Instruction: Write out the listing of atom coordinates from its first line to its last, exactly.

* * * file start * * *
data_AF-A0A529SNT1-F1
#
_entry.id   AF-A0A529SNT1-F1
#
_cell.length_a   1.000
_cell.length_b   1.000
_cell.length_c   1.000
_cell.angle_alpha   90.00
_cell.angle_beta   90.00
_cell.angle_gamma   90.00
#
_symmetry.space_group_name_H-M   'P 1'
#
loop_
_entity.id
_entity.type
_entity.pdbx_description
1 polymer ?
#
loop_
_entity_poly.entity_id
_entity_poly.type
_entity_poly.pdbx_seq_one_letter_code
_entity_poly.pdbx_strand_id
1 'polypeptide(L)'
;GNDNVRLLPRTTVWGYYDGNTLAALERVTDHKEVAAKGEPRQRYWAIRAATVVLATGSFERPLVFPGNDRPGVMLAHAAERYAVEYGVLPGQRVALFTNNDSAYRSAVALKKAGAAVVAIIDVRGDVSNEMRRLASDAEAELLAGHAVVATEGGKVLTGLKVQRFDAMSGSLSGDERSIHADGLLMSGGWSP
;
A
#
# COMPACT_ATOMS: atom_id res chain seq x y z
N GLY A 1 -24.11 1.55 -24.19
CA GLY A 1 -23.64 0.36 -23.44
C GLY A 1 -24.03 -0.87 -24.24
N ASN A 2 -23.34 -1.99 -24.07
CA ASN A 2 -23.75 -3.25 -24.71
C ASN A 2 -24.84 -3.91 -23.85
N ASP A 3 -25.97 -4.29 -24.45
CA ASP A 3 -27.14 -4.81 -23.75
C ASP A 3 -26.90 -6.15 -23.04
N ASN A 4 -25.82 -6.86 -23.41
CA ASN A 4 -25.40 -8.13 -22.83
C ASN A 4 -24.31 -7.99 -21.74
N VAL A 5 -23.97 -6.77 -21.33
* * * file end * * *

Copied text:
data_AF-A0A529SNT1-F1
#
_entry.id   AF-A0A529SNT1-F1
#
_cell.length_a   1.000
_cell.length_b   1.000
_cell.length_c   1.000
_cell.angle_alpha   90.00
_cell.angle_beta   90.00
_cell.angle_gamma   90.00
#
_symmetry.space_group_name_H-M   'P 1'
#
loop_
_entity.id
_entity.type
_entity.pdbx_description
1 polymer ?
#
loop_
_entity_poly.entity_id
_entity_poly.type
_entity_poly.pdbx_seq_one_letter_code
_entity_poly.pdbx_strand_id
1 'polypeptide(L)'
;GNDNVRLLPRTTVWGYYDGNTLAALERVTDHKEVAAKGEPRQRYWAIRAATVVLATGSFERPLVFPGNDRPGVMLAHAAERYAVEYGVLPGQRVALFTNNDSAYRSAVALKKAGAAVVAIIDVRGDVSNEMRRLASDAEAELLAGHAVVATEGGKVLTGLKVQRFDAMSGSLSGDERSIHADGLLMSGGWSP
;
A
#
# COMPACT_ATOMS: atom_id res chain seq x y z
N GLY A 1 -24.11 1.55 -24.19
CA GLY A 1 -23.64 0.36 -23.44
C GLY A 1 -24.03 -0.87 -24.24
N ASN A 2 -23.34 -1.99 -24.07
CA ASN A 2 -23.75 -3.25 -24.71
C ASN A 2 -24.84 -3.91 -23.85
N ASP A 3 -25.97 -4.29 -24.45
CA ASP A 3 -27.14 -4.81 -23.75
C ASP A 3 -26.90 -6.15 -23.04
N ASN A 4 -25.82 -6.86 -23.41
CA ASN A 4 -25.40 -8.13 -22.83
C ASN A 4 -24.31 -7.99 -21.74
N VAL A 5 -23.97 -6.77 -21.33